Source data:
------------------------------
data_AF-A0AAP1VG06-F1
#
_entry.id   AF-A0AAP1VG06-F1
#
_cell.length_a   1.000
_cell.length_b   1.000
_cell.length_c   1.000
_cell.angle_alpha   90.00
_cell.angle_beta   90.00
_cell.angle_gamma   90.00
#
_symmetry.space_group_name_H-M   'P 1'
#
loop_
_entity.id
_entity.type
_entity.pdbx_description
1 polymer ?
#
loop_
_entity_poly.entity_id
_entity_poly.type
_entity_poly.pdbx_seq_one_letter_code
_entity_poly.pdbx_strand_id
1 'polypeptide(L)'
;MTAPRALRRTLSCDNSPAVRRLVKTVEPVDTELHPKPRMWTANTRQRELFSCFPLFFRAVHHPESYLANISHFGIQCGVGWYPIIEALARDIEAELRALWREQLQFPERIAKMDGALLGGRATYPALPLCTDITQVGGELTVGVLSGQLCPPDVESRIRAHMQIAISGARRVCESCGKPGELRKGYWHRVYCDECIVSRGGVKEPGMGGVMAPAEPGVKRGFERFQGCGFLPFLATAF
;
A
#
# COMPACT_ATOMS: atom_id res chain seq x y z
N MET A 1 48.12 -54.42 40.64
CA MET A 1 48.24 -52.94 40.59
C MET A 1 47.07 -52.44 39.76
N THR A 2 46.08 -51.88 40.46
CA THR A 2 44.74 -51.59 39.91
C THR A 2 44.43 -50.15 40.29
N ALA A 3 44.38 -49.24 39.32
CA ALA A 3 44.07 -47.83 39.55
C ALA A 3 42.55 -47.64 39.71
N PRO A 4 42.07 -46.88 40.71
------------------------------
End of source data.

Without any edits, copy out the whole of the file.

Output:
data_AF-A0AAP1VG06-F1
#
_entry.id   AF-A0AAP1VG06-F1
#
_cell.length_a   1.000
_cell.length_b   1.000
_cell.length_c   1.000
_cell.angle_alpha   90.00
_cell.angle_beta   90.00
_cell.angle_gamma   90.00
#
_symmetry.space_group_name_H-M   'P 1'
#
loop_
_entity.id
_entity.type
_entity.pdbx_description
1 polymer ?
#
loop_
_entity_poly.entity_id
_entity_poly.type
_entity_poly.pdbx_seq_one_letter_code
_entity_poly.pdbx_strand_id
1 'polypeptide(L)'
;MTAPRALRRTLSCDNSPAVRRLVKTVEPVDTELHPKPRMWTANTRQRELFSCFPLFFRAVHHPESYLANISHFGIQCGVGWYPIIEALARDIEAELRALWREQLQFPERIAKMDGALLGGRATYPALPLCTDITQVGGELTVGVLSGQLCPPDVESRIRAHMQIAISGARRVCESCGKPGELRKGYWHRVYCDECIVSRGGVKEPGMGGVMAPAEPGVKRGFERFQGCGFLPFLATAF
;
A
#
# COMPACT_ATOMS: atom_id res chain seq x y z
N MET A 1 48.12 -54.42 40.64
CA MET A 1 48.24 -52.94 40.59
C MET A 1 47.07 -52.44 39.76
N THR A 2 46.08 -51.88 40.46
CA THR A 2 44.74 -51.59 39.91
C THR A 2 44.43 -50.15 40.29
N ALA A 3 44.38 -49.24 39.32
CA ALA A 3 44.07 -47.83 39.55
C ALA A 3 42.55 -47.64 39.71
N PRO A 4 42.07 -46.88 40.71